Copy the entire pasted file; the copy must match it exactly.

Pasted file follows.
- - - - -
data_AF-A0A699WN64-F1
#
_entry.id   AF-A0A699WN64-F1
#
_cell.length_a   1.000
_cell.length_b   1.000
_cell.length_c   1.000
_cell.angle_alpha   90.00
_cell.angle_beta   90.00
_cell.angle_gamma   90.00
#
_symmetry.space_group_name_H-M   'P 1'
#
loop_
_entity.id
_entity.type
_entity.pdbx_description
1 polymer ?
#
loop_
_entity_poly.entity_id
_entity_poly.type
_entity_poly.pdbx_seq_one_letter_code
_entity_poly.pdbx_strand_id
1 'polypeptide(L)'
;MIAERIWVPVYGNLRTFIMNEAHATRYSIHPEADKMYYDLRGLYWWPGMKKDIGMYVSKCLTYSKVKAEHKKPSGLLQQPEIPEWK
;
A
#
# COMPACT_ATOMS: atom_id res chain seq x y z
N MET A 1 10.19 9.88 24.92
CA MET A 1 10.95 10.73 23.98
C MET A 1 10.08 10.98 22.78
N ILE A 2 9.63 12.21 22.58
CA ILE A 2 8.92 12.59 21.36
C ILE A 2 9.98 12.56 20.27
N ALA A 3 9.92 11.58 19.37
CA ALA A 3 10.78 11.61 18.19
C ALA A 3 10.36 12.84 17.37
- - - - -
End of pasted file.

data_AF-A0A699WN64-F1
#
_entry.id   AF-A0A699WN64-F1
#
_cell.length_a   1.000
_cell.length_b   1.000
_cell.length_c   1.000
_cell.angle_alpha   90.00
_cell.angle_beta   90.00
_cell.angle_gamma   90.00
#
_symmetry.space_group_name_H-M   'P 1'
#
loop_
_entity.id
_entity.type
_entity.pdbx_description
1 polymer ?
#
loop_
_entity_poly.entity_id
_entity_poly.type
_entity_poly.pdbx_seq_one_letter_code
_entity_poly.pdbx_strand_id
1 'polypeptide(L)'
;MIAERIWVPVYGNLRTFIMNEAHATRYSIHPEADKMYYDLRGLYWWPGMKKDIGMYVSKCLTYSKVKAEHKKPSGLLQQPEIPEWK
;
A
#
# COMPACT_ATOMS: atom_id res chain seq x y z
N MET A 1 10.19 9.88 24.92
CA MET A 1 10.95 10.73 23.98
C MET A 1 10.08 10.98 22.78
N ILE A 2 9.63 12.21 22.58
CA ILE A 2 8.92 12.59 21.36
C ILE A 2 9.98 12.56 20.27
N ALA A 3 9.92 11.58 19.37
CA ALA A 3 10.78 11.61 18.19
C ALA A 3 10.36 12.84 17.37